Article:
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The Big Indoor Air Emission Threat – Secondary Emissions

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Create Date November 8, 2018
Last Updated December 18, 2018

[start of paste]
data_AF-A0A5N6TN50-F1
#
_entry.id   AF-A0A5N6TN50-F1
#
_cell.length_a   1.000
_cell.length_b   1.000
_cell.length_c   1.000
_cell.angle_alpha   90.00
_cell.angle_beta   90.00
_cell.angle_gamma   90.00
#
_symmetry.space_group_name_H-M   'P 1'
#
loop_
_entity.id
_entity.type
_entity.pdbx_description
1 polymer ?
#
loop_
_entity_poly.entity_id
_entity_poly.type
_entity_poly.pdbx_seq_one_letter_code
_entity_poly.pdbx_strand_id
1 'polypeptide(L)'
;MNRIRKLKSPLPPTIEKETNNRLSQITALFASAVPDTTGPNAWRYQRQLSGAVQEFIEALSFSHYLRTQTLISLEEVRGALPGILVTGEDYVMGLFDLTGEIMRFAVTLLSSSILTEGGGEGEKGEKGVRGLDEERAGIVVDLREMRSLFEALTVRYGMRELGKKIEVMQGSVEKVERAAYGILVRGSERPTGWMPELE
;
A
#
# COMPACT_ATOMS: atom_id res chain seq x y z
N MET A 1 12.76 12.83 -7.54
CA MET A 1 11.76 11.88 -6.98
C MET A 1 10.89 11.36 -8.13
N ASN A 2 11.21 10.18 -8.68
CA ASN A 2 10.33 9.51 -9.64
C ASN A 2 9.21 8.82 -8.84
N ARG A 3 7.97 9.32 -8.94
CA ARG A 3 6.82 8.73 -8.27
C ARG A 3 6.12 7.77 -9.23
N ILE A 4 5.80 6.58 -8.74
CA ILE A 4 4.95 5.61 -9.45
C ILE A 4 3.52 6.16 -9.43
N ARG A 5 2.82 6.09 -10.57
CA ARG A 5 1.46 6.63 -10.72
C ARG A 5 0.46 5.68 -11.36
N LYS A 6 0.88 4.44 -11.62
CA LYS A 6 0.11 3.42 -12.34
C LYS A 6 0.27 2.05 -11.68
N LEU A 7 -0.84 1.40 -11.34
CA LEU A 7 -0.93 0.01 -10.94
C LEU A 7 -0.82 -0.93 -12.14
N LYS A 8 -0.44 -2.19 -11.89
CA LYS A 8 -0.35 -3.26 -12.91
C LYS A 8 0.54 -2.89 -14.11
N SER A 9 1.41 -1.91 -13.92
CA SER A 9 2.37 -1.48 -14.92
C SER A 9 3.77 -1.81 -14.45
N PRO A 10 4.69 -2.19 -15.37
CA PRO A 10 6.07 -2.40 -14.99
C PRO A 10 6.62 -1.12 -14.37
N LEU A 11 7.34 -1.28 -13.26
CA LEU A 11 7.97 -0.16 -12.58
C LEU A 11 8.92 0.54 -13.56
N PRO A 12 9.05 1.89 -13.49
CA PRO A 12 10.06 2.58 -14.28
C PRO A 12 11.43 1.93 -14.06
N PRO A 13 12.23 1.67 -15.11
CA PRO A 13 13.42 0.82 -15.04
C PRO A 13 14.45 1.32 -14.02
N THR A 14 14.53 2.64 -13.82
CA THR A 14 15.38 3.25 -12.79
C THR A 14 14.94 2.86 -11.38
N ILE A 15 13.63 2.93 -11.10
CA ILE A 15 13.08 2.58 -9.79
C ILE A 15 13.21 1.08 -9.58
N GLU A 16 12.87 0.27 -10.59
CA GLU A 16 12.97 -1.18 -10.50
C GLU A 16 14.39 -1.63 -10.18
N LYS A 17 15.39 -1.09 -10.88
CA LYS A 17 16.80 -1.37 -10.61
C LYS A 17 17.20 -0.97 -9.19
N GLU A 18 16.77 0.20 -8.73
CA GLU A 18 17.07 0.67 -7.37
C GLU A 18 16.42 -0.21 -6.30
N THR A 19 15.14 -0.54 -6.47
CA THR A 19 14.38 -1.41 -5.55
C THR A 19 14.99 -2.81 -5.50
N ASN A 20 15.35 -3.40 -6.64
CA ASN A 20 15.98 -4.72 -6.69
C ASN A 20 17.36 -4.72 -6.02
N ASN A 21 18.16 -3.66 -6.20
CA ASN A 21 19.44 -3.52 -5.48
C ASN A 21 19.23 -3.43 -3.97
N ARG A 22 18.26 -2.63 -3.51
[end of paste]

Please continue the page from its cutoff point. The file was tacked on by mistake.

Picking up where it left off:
Substantial progress has been made understanding volatile organic chemical (VOC) emissions from indoor sources including building materials, furnishing, and some cleaning and maintenance products. During the past two decades, emissions from building materials and other sources have declined significantly in many developed countries. Researchers have begun to understand the potentially larger health threat posed by secondary emission, the chemicals formed by the interactions between oxidants in indoor air and chemicals on surfaces, and by hydrolysis. Many of the by-products of these interactions are more irritating, odorous, or toxic and may pose a far greater health hazard than the chemicals from which they are formed. Building materials, cleaning products, and many consumer products contain chemicals that react with oxidants to form formaldehyde and other, higher molecular weight aldehydes, acidic aerosols, and fine or ultrafine particles. Researchers have identified some of the most important indoor sources that combine with ozone (O3) at common indoor concentrations to form these secondary products. The fundamental processes and critical building material and cleaning products have been identified along with recommendations for minimizing occupant exposure to hazardous chemicals resulting from indoor air chemistry and secondary emissions. Exposure to harmful secondary emissions can be reduced to improve indoor air quality